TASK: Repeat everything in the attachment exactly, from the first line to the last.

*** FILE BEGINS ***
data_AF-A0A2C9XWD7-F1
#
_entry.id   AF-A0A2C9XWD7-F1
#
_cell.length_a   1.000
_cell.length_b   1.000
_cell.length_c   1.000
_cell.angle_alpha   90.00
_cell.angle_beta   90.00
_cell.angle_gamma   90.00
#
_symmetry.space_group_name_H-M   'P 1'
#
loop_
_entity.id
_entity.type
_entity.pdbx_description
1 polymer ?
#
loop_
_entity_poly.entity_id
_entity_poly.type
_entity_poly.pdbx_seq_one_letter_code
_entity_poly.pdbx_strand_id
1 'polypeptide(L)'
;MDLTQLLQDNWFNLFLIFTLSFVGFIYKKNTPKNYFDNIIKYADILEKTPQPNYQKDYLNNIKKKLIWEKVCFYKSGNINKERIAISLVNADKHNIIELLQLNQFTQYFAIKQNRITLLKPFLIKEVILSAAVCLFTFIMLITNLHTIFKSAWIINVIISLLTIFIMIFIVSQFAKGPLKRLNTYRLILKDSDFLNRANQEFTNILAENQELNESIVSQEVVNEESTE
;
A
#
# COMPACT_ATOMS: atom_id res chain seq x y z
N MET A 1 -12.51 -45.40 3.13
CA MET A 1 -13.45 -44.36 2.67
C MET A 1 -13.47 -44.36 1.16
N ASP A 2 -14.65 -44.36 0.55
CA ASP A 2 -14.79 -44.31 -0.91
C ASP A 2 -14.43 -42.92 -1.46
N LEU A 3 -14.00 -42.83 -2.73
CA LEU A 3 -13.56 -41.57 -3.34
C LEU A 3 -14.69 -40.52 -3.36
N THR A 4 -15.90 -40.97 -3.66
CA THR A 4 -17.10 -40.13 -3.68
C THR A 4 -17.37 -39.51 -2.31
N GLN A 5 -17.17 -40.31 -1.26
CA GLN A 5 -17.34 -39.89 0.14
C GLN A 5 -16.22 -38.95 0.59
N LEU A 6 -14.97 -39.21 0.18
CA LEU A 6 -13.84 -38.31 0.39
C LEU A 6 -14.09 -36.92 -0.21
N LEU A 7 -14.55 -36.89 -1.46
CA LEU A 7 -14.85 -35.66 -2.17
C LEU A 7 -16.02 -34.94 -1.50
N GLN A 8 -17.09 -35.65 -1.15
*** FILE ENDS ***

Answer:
data_AF-A0A2C9XWD7-F1
#
_entry.id   AF-A0A2C9XWD7-F1
#
_cell.length_a   1.000
_cell.length_b   1.000
_cell.length_c   1.000
_cell.angle_alpha   90.00
_cell.angle_beta   90.00
_cell.angle_gamma   90.00
#
_symmetry.space_group_name_H-M   'P 1'
#
loop_
_entity.id
_entity.type
_entity.pdbx_description
1 polymer ?
#
loop_
_entity_poly.entity_id
_entity_poly.type
_entity_poly.pdbx_seq_one_letter_code
_entity_poly.pdbx_strand_id
1 'polypeptide(L)'
;MDLTQLLQDNWFNLFLIFTLSFVGFIYKKNTPKNYFDNIIKYADILEKTPQPNYQKDYLNNIKKKLIWEKVCFYKSGNINKERIAISLVNADKHNIIELLQLNQFTQYFAIKQNRITLLKPFLIKEVILSAAVCLFTFIMLITNLHTIFKSAWIINVIISLLTIFIMIFIVSQFAKGPLKRLNTYRLILKDSDFLNRANQEFTNILAENQELNESIVSQEVVNEESTE
;
A
#
# COMPACT_ATOMS: atom_id res chain seq x y z
N MET A 1 -12.51 -45.40 3.13
CA MET A 1 -13.45 -44.36 2.67
C MET A 1 -13.47 -44.36 1.16
N ASP A 2 -14.65 -44.36 0.55
CA ASP A 2 -14.79 -44.31 -0.91
C ASP A 2 -14.43 -42.92 -1.46
N LEU A 3 -14.00 -42.83 -2.73
CA LEU A 3 -13.56 -41.57 -3.34
C LEU A 3 -14.69 -40.52 -3.36
N THR A 4 -15.90 -40.97 -3.66
CA THR A 4 -17.10 -40.13 -3.68
C THR A 4 -17.37 -39.51 -2.31
N GLN A 5 -17.17 -40.31 -1.26
CA GLN A 5 -17.34 -39.89 0.14
C GLN A 5 -16.22 -38.95 0.59
N LEU A 6 -14.97 -39.21 0.18
CA LEU A 6 -13.84 -38.31 0.39
C LEU A 6 -14.09 -36.92 -0.21
N LEU A 7 -14.55 -36.89 -1.46
CA LEU A 7 -14.85 -35.66 -2.17
C LEU A 7 -16.02 -34.94 -1.50
N GLN A 8 -17.09 -35.65 -1.15